The Maoists’ way of dealing with this is, first, to deny reality (just as the leader of Iran seeks to deny the Holocaust); second, to claim that Nepal will be different (which is easily claimed, since there is a startling lack of knowledge in Nepal of what has gone on globally in similar previous situations to that of Nepal now); and, finally, when all else fails, to claim that the critic has no right to speak. This is a favored tactic of my activist internet correspondents, who purport to find all Americans responsible for everything from US foreign policy to the decimation of the American Indian tribes. None of three ways, it bears reiterating, addresses the issue: the Maoists really have no answers to the challenges facing Nepal. They simply claim that they will do better than the bumbling (and bloody, they claim) incompetents who have preceded them.
    The Maoists have used the monarchy as their foil, as a surrogate for what they claim is its role in the old-order. If the “feudal monarchy” is swept away, they endlessly repeat, all will be right with Nepal. In this, they certainly have been assisted by the tragic circumstances which placed the incumbent, Gyanendra, on the throne. Similarly, they have been assisted by his mistakes in maneuvering through the maze of Nepali politics. However, having forced the monarch to a position most claim he should occupy, that of a ceremonial monarch in a parliamentary democracy, the Maoists are still left with the fundamental issue: what to do about Nepal? They see structural issues that can be addressed by “will.” Most of us see a population that has exceeded the carrying capacity of the land.

    Though marginal in an objective sense, Nepal and its troubles have implications for the region and beyond. The decimation of a democracy, the turning over of a people to the same tired solutions that have led to tragedy after tragedy, is of concern enough. Just as serious are the regional implications of allowing an armed, radical movement to force its way to power through terror.

    Role of India

    India is the ultimate arbiter in Nepali affairs for reasons of geostrategic interest and Nepal’s geo-fiscal realities.. From Nepal’s standpoint, this has not always worked out well. From India’s standpoint, it has worked out reasonably enough. Nepal has steered clear of engaging in behavior that threatens India’s interests, and Nepalis have proved a valuable component of the Indian labor pool (especially militarily, where Nepalis apparently comprise one-eighth of the manpower of India’s infantry battalions). India’s interest in the current situation is in having a stable neighbor, especially one that does not contribute to India’s own growing Maoist problem. To achieve this goal, New Delhi desires in Nepal a functioning democracy committed to addressing the needs of its people. How to balance the elements of this general prescription just related has long been the challenge of Indian regional foreign policy and, apart from Nepal, has led to some real flies-in-the-ointment at times. Sri Lanka leaps to mind.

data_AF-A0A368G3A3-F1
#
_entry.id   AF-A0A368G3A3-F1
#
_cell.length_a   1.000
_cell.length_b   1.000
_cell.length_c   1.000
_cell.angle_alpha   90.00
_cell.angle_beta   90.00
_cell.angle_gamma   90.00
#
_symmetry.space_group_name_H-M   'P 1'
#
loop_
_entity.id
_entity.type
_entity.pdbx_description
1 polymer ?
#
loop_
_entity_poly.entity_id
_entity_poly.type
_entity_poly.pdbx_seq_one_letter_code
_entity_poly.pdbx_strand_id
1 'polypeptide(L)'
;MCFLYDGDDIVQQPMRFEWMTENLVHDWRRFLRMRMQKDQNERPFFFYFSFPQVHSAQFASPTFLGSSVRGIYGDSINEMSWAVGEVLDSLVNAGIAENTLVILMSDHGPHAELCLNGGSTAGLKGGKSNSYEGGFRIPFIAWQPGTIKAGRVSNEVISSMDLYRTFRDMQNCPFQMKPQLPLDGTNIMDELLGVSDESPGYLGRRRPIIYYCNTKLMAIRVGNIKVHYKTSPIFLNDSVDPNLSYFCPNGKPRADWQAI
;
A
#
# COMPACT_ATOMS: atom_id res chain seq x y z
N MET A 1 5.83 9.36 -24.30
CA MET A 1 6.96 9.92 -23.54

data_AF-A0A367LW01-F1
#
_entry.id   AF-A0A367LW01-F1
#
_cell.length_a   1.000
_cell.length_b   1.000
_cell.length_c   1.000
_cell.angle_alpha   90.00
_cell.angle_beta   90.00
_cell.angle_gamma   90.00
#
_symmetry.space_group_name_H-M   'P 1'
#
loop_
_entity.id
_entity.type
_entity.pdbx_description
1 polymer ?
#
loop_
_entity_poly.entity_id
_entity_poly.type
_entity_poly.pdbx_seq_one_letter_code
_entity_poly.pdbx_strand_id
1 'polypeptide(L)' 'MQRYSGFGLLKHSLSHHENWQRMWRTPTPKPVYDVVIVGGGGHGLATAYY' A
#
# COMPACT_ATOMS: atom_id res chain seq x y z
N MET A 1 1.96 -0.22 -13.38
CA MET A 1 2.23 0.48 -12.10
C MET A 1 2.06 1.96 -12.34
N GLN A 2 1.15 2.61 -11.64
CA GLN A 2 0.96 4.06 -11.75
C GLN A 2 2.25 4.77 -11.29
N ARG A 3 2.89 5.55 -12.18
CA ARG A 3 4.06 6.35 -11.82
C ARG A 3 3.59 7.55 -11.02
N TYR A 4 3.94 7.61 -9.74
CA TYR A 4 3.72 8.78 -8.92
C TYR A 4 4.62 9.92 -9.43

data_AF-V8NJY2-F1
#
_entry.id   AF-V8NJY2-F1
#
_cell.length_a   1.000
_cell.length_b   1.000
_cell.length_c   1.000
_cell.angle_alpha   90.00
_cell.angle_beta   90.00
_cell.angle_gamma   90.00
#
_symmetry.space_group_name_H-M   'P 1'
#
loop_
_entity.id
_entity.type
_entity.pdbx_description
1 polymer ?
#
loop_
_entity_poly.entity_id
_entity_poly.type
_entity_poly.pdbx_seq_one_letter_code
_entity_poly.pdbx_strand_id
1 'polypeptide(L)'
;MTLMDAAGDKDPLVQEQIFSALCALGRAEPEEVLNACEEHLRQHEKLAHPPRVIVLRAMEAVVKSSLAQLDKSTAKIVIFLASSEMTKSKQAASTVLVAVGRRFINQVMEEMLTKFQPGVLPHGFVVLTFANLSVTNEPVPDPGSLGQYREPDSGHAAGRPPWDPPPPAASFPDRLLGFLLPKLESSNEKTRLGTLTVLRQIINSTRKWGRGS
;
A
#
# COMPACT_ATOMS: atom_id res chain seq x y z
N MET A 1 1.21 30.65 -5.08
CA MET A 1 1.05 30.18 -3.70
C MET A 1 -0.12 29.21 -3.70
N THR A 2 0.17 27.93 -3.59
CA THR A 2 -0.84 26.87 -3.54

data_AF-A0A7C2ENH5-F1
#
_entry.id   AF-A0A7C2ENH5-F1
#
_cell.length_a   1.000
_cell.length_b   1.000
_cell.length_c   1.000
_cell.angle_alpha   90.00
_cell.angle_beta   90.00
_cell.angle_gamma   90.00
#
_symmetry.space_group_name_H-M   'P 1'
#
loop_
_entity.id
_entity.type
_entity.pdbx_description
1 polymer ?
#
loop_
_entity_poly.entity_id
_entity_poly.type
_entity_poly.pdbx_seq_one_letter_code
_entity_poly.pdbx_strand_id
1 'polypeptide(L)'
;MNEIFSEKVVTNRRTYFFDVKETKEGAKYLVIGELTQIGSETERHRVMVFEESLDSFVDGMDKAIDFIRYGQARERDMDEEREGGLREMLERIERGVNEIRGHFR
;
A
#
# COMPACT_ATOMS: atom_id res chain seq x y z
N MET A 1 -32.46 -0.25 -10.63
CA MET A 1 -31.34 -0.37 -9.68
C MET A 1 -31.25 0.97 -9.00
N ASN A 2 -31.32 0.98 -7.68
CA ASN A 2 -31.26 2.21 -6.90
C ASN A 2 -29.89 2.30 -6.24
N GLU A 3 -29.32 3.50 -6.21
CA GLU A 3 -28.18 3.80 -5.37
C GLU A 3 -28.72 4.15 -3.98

Irony again surfaces, because it is India (not the Maoists) that has seen its policy of the past decade go awry. Hence it finds itself in bed with Maoist insurgents and in search of a “soft landing.” New Delhi’s strategy is to get one by facilitating in Nepal creation of a “West Bengal” or a “Kerala” – states where the tamed Indian left challenges and even rules, where it continues with its nasty verbiage and bizarre worldview, but where it must respond to the realities of power and hence stays within the lanes on the national political highway. What New Delhi has overlooked is that such realities occur in India only because of the capacity of the national state to force compliance. Subtract the Indian military, paramilitary, and police forces from the equation, and India would be anarchy. Not surprisingly, that is the very term being used by many to describe the situation in Nepal.

    As has been discussed previously by any number of sources, it is difficult to tell precisely where “our Indian friends,” as Prachanda has taken to calling them, fit in. A number of elements figured into New Delhi’s calculations. First, as the hegemonic power in an unstable subcontinent, India wants restoration of order. This is necessary for precisely the reasons stability is desired in Sri Lanka. Disorder produces refugees, unleashes intra-Indian passions, transfers elements of the conflict to Indian soil, and sucks New Delhi into foreign policy nastiness. Second, having opted for order, India has played a hand well known to its smaller neighbors: intervention. The only question has been how to intervene.